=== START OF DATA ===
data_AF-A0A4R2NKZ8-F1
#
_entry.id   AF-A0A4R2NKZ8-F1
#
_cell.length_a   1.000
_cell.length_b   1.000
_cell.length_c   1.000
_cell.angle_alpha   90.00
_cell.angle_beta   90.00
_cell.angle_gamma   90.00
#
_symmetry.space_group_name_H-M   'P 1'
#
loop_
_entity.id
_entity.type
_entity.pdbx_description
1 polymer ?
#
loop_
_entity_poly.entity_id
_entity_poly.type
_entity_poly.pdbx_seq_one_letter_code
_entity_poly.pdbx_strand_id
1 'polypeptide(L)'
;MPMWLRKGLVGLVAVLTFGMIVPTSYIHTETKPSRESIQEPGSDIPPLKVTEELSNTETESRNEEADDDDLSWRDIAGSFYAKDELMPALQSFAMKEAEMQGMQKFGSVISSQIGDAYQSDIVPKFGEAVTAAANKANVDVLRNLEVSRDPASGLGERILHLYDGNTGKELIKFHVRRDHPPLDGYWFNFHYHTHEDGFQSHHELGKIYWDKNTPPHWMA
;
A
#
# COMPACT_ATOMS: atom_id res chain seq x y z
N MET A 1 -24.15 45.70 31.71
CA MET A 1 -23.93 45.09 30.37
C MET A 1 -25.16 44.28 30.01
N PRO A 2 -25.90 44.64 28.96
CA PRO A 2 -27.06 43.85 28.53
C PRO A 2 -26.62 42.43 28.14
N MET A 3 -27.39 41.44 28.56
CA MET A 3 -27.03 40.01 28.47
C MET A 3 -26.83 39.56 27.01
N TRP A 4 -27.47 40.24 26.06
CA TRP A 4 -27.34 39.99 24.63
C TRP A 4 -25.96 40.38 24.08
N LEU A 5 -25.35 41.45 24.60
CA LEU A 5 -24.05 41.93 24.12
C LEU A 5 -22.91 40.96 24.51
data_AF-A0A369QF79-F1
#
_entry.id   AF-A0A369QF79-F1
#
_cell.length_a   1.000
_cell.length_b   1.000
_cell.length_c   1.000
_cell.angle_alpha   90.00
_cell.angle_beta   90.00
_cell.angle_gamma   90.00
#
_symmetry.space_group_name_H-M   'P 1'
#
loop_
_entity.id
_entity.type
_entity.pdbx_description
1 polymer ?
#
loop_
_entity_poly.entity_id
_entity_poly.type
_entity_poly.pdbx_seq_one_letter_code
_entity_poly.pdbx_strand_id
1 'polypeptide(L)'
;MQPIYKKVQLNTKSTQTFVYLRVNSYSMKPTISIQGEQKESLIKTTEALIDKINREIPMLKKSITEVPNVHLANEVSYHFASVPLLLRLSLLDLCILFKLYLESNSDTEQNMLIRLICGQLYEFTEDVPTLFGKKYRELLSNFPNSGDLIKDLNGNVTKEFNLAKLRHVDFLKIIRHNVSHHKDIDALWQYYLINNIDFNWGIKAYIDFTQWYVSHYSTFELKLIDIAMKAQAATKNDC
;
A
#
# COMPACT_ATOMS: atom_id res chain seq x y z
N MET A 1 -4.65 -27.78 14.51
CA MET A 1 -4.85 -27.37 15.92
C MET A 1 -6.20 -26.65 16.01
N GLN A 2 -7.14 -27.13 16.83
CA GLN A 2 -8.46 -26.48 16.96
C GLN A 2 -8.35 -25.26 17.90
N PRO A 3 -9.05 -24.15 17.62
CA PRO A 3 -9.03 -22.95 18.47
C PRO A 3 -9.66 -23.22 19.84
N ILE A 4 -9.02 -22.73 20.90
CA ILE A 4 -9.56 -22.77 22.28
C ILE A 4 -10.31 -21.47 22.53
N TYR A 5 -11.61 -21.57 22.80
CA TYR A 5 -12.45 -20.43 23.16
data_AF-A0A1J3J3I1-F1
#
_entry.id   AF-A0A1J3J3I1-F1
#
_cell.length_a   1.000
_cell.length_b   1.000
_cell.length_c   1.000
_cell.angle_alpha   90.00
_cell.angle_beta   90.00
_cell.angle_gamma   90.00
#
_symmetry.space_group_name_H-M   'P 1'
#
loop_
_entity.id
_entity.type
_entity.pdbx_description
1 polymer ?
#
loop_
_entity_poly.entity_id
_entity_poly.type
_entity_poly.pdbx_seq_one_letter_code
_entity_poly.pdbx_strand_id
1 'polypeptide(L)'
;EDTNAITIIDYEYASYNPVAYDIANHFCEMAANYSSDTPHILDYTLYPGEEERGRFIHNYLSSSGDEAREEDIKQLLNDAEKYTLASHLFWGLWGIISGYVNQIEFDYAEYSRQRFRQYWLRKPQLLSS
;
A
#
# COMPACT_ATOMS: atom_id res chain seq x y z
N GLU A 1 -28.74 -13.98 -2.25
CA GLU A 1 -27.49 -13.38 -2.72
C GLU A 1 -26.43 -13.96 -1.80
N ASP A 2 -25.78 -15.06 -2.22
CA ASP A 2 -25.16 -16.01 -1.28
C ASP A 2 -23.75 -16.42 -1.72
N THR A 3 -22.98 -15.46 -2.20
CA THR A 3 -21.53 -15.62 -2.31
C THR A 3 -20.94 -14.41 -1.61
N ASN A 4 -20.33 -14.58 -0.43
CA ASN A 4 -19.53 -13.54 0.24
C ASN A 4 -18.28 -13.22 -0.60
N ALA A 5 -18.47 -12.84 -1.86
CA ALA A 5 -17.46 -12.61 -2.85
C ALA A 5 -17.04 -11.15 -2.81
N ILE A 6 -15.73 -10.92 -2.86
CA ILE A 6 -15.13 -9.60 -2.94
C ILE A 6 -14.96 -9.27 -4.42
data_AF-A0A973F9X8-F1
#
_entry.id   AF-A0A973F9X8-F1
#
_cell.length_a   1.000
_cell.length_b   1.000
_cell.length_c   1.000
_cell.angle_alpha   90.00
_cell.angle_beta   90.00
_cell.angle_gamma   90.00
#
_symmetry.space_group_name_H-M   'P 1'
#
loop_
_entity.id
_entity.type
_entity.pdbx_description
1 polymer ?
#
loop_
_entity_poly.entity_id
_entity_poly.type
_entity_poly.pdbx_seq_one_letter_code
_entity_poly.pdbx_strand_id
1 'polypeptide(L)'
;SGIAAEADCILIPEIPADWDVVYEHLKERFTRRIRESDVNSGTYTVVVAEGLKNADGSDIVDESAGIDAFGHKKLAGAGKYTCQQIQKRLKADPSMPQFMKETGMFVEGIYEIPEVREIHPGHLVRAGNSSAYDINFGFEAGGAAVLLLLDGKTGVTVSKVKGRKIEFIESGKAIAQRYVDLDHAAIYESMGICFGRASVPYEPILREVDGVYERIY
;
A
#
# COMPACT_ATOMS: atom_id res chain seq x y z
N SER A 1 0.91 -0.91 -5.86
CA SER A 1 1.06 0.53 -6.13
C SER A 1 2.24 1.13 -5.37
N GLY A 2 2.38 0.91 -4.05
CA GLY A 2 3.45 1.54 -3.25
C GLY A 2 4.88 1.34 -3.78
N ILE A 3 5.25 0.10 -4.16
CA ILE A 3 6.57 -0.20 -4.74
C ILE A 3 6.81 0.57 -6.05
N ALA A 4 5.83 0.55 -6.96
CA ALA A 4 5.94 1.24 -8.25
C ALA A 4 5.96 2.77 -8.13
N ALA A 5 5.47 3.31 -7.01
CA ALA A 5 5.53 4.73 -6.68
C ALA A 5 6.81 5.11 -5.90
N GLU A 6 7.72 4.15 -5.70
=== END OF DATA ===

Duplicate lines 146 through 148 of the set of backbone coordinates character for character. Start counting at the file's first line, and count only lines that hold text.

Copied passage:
_cell.angle_beta   90.00
_cell.angle_gamma   90.00
#